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|EPIDEMIO: Researchers convinced satellites are helpful in tracking epidemics
|The amount of data acquired by satellites is increasing at an exponential rate, and researchers are learning about the value of this data in fighting epidemic outbreaks as a result of ESAâ€™s EPIDEMIO project.
|"I was negative about the role satellites could play in addressing epidemics, but now I am positive," Penelope Vernatsou of the Swiss Tropical Institute in Switzerland said.
The ESA-funded EPIDEMIO project was developed in January 2004 to illustrate the benefits of remote-sensing data for studying, monitoring and predicting epidemic outbreaks.
By using data which focuses on a regionâ€™s landscape â€“ rainfall, vegetation, water bodies, elevation, dust mapping and temperature â€“ researchers are able to pinpoint climatic conditions which are favourable for harbouring various epidemic hosts, indicating where people are at greatest risk.
As the project draws to completion, epidemiologists and data users gathered in Frascati, Italy, at the â€˜Earth Observation in Epidemiology Workshopâ€™, on 8-10 March 2006, to report on how Earth observation (EO) has benefited the field of epidemiology.
Ghislain Moussavou of the Gabon-based International Centre for Medical Research (CIRMF) began studying Ebola haemorrhagic fever, which can cause runaway internal and external bleeding in humans and apes, in Congo and Gabon in the hope of spotting particular environmental characteristics associated with infected sites.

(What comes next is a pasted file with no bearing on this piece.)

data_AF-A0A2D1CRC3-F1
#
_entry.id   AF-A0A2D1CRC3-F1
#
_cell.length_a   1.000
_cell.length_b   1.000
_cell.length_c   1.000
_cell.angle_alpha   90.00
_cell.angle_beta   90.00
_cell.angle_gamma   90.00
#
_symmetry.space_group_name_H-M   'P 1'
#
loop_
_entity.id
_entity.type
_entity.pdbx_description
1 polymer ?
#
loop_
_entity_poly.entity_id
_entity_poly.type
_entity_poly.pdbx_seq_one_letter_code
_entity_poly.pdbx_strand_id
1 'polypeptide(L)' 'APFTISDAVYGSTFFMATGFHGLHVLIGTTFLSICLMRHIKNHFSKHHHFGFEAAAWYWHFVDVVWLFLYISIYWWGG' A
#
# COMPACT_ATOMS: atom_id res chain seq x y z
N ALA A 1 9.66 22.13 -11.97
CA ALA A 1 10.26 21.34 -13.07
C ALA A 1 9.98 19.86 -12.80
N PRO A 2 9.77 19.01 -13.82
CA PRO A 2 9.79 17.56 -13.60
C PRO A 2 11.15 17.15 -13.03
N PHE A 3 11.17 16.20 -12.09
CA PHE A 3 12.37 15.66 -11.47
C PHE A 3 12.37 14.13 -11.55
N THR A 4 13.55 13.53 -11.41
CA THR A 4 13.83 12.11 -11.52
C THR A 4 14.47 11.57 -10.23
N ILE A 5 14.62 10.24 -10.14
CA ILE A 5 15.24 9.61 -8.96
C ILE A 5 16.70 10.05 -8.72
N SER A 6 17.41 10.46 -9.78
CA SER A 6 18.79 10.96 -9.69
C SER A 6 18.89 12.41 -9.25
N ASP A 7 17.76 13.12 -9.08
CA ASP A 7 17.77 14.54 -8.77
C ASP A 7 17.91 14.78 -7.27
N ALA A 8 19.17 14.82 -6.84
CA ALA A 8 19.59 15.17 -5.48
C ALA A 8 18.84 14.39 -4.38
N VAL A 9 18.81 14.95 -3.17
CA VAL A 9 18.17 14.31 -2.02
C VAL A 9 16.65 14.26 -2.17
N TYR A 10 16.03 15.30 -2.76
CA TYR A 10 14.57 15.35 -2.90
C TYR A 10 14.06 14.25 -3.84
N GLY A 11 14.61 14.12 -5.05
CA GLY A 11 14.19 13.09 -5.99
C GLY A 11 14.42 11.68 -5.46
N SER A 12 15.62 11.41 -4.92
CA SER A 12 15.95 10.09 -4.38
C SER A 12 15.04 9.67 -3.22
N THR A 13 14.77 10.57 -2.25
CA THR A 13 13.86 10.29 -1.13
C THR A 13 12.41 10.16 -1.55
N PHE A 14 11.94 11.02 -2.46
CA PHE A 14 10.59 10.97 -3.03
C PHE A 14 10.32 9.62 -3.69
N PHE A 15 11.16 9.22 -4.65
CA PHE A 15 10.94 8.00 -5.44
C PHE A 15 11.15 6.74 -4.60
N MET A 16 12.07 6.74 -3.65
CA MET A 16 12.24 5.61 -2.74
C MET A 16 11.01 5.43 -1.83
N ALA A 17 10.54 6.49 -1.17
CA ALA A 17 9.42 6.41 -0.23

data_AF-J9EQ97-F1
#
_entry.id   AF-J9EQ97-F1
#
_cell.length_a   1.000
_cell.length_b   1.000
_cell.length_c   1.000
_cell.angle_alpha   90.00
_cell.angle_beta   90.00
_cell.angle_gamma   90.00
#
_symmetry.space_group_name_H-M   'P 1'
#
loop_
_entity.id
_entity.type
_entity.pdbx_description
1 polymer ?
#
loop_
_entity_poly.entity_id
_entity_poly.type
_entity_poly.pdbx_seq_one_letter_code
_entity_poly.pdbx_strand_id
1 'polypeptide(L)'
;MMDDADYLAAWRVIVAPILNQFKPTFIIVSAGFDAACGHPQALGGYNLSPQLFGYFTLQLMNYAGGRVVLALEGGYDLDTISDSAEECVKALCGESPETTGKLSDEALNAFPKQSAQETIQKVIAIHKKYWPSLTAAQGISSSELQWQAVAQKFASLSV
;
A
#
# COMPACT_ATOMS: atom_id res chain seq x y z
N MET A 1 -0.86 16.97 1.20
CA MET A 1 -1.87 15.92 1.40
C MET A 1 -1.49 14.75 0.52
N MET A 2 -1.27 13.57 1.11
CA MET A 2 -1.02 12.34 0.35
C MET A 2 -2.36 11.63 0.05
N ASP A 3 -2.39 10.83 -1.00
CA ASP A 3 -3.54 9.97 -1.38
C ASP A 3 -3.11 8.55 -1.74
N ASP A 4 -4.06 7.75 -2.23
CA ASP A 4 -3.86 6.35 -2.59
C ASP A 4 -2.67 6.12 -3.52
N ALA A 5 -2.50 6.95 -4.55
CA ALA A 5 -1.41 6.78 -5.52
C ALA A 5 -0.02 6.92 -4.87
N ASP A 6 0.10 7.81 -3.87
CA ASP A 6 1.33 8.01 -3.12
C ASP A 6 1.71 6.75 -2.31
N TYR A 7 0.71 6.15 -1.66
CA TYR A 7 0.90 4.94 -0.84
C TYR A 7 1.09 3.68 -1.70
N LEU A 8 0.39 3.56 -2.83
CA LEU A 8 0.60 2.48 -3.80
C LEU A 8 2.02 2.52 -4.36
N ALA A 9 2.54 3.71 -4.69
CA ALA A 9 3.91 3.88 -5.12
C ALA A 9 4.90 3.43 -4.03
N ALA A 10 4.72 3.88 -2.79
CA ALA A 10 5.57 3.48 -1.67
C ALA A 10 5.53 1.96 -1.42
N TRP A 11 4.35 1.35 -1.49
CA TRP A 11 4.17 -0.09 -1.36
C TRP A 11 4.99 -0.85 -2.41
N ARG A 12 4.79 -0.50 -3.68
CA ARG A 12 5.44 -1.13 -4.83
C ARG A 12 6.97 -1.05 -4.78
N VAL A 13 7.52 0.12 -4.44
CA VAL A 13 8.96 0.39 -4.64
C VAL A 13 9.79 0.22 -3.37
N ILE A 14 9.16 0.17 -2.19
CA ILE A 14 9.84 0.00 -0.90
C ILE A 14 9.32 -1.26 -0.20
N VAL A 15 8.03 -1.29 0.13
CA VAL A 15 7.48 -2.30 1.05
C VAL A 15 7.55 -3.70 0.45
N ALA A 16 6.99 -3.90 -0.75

Dry conditions are also favourable for the spread of meningitis, an inflammation of the brain and spinal cord lining. Epidemics nearly always start in the early part of the dry season when it is hot and dusty. For this reason, ESA has been providing dust maps for high-risk areas to aid in implementing early warning systems.
The EPIDEMIO project â€“ funded by the Data User Element of the ESA Earth Observation Envelope Programme â€“ concludes its two-year mission in April 2006, but the groundwork it has laid will aid users in the continuance of their research and allow new projects to be undertaken.
Giuseppe Ottavianelli and Aude de Clercq of the HISTAR Solutions in the Netherlands are currently working on a project, backed by ESA business incubator financing, to confirm the onset of malaria epidemics in Africa, as predicted by remote sensing data.
Malaria is transferred by the female mosquito of the species Anopheles, so if the sensor detects her presence in high numbers, public officials will be alerted so that preventive measures can be put into place.